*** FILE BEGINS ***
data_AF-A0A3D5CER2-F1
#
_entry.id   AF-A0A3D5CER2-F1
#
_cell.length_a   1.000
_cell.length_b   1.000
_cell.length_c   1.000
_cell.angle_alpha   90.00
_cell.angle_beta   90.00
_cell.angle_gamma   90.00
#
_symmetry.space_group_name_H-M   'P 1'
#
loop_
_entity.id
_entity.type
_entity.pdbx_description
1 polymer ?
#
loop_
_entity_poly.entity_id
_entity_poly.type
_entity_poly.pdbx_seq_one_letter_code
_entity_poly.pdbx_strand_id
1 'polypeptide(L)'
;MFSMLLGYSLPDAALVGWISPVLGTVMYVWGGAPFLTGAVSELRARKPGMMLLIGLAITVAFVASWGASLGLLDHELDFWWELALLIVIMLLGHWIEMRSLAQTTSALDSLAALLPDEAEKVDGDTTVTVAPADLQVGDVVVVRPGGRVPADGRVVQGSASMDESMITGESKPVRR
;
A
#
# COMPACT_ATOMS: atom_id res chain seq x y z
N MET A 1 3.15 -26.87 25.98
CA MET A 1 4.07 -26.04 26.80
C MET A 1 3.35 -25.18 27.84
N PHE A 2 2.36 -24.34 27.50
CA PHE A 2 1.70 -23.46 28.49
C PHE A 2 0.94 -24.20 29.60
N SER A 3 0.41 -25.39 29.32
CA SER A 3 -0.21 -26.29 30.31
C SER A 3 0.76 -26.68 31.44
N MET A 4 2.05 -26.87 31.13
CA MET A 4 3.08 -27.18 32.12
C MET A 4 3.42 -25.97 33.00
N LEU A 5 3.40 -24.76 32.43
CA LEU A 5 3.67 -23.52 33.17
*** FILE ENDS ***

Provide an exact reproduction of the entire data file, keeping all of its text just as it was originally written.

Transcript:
data_AF-A0A3D5CER2-F1
#
_entry.id   AF-A0A3D5CER2-F1
#
_cell.length_a   1.000
_cell.length_b   1.000
_cell.length_c   1.000
_cell.angle_alpha   90.00
_cell.angle_beta   90.00
_cell.angle_gamma   90.00
#
_symmetry.space_group_name_H-M   'P 1'
#
loop_
_entity.id
_entity.type
_entity.pdbx_description
1 polymer ?
#
loop_
_entity_poly.entity_id
_entity_poly.type
_entity_poly.pdbx_seq_one_letter_code
_entity_poly.pdbx_strand_id
1 'polypeptide(L)'
;MFSMLLGYSLPDAALVGWISPVLGTVMYVWGGAPFLTGAVSELRARKPGMMLLIGLAITVAFVASWGASLGLLDHELDFWWELALLIVIMLLGHWIEMRSLAQTTSALDSLAALLPDEAEKVDGDTTVTVAPADLQVGDVVVVRPGGRVPADGRVVQGSASMDESMITGESKPVRR
;
A
#
# COMPACT_ATOMS: atom_id res chain seq x y z
N MET A 1 3.15 -26.87 25.98
CA MET A 1 4.07 -26.04 26.80
C MET A 1 3.35 -25.18 27.84
N PHE A 2 2.36 -24.34 27.50
CA PHE A 2 1.70 -23.46 28.49
C PHE A 2 0.94 -24.20 29.60
N SER A 3 0.41 -25.39 29.32
CA SER A 3 -0.21 -26.29 30.31
C SER A 3 0.76 -26.68 31.44
N MET A 4 2.05 -26.87 31.13
CA MET A 4 3.08 -27.18 32.12
C MET A 4 3.42 -25.97 33.00
N LEU A 5 3.40 -24.76 32.43
CA LEU A 5 3.67 -23.52 33.17